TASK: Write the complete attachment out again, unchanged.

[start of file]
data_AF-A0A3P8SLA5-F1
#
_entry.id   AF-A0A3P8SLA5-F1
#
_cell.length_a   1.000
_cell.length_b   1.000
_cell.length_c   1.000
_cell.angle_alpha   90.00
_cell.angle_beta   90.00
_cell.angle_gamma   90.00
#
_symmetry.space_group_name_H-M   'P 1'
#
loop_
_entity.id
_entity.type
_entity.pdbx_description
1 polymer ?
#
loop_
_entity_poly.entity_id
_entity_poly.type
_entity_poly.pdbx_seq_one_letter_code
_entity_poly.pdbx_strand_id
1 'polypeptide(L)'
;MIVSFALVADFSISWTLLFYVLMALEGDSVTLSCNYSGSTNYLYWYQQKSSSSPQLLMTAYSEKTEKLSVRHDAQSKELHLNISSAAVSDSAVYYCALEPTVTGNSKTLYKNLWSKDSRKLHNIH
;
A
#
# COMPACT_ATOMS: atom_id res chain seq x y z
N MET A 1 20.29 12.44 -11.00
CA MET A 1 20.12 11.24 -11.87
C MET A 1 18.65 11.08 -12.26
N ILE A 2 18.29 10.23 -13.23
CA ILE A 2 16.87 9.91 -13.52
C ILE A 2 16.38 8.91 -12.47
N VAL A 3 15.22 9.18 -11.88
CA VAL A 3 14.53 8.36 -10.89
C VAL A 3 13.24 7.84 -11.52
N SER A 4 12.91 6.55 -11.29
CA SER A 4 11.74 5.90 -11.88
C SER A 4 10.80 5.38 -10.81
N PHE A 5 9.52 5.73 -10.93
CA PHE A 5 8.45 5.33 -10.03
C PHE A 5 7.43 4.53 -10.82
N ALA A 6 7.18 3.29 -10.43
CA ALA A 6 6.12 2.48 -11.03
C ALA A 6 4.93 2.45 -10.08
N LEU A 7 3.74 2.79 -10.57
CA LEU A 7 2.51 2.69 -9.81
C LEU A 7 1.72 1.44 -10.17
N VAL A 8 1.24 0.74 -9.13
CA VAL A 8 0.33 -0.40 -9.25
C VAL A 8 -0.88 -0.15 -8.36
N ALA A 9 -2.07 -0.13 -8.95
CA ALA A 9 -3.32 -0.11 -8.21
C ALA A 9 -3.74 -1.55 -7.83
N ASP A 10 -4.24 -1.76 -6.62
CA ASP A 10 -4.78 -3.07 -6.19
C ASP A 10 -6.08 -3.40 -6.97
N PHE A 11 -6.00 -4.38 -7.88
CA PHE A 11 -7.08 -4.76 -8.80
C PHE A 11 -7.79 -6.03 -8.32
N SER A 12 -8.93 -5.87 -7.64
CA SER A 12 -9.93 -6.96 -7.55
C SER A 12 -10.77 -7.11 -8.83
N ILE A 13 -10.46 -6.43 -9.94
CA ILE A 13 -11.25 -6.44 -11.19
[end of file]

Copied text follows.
data_AF-A0A3P8SLA5-F1
#
_entry.id   AF-A0A3P8SLA5-F1
#
_cell.length_a   1.000
_cell.length_b   1.000
_cell.length_c   1.000
_cell.angle_alpha   90.00
_cell.angle_beta   90.00
_cell.angle_gamma   90.00
#
_symmetry.space_group_name_H-M   'P 1'
#
loop_
_entity.id
_entity.type
_entity.pdbx_description
1 polymer ?
#
loop_
_entity_poly.entity_id
_entity_poly.type
_entity_poly.pdbx_seq_one_letter_code
_entity_poly.pdbx_strand_id
1 'polypeptide(L)'
;MIVSFALVADFSISWTLLFYVLMALEGDSVTLSCNYSGSTNYLYWYQQKSSSSPQLLMTAYSEKTEKLSVRHDAQSKELHLNISSAAVSDSAVYYCALEPTVTGNSKTLYKNLWSKDSRKLHNIH
;
A
#
# COMPACT_ATOMS: atom_id res chain seq x y z
N MET A 1 20.29 12.44 -11.00
CA MET A 1 20.12 11.24 -11.87
C MET A 1 18.65 11.08 -12.26
N ILE A 2 18.29 10.23 -13.23
CA ILE A 2 16.87 9.91 -13.52
C ILE A 2 16.38 8.91 -12.47
N VAL A 3 15.22 9.18 -11.88
CA VAL A 3 14.53 8.36 -10.89
C VAL A 3 13.24 7.84 -11.52
N SER A 4 12.91 6.55 -11.29
CA SER A 4 11.74 5.90 -11.88
C SER A 4 10.80 5.38 -10.81
N PHE A 5 9.52 5.73 -10.93
CA PHE A 5 8.45 5.33 -10.03
C PHE A 5 7.43 4.53 -10.82
N ALA A 6 7.18 3.29 -10.43
CA ALA A 6 6.12 2.48 -11.03
C ALA A 6 4.93 2.45 -10.08
N LEU A 7 3.74 2.79 -10.57
CA LEU A 7 2.51 2.69 -9.81
C LEU A 7 1.72 1.44 -10.17
N VAL A 8 1.24 0.74 -9.13
CA VAL A 8 0.33 -0.40 -9.25
C VAL A 8 -0.88 -0.15 -8.36
N ALA A 9 -2.07 -0.13 -8.95
CA ALA A 9 -3.32 -0.11 -8.21
C ALA A 9 -3.74 -1.55 -7.83
N ASP A 10 -4.24 -1.76 -6.62
CA ASP A 10 -4.78 -3.07 -6.19
C ASP A 10 -6.08 -3.40 -6.97
N PHE A 11 -6.00 -4.38 -7.88
CA PHE A 11 -7.08 -4.76 -8.80
C PHE A 11 -7.79 -6.03 -8.32
N SER A 12 -8.93 -5.87 -7.64
CA SER A 12 -9.93 -6.96 -7.55
C SER A 12 -10.77 -7.11 -8.83
N ILE A 13 -10.46 -6.43 -9.94
CA ILE A 13 -11.25 -6.44 -11.19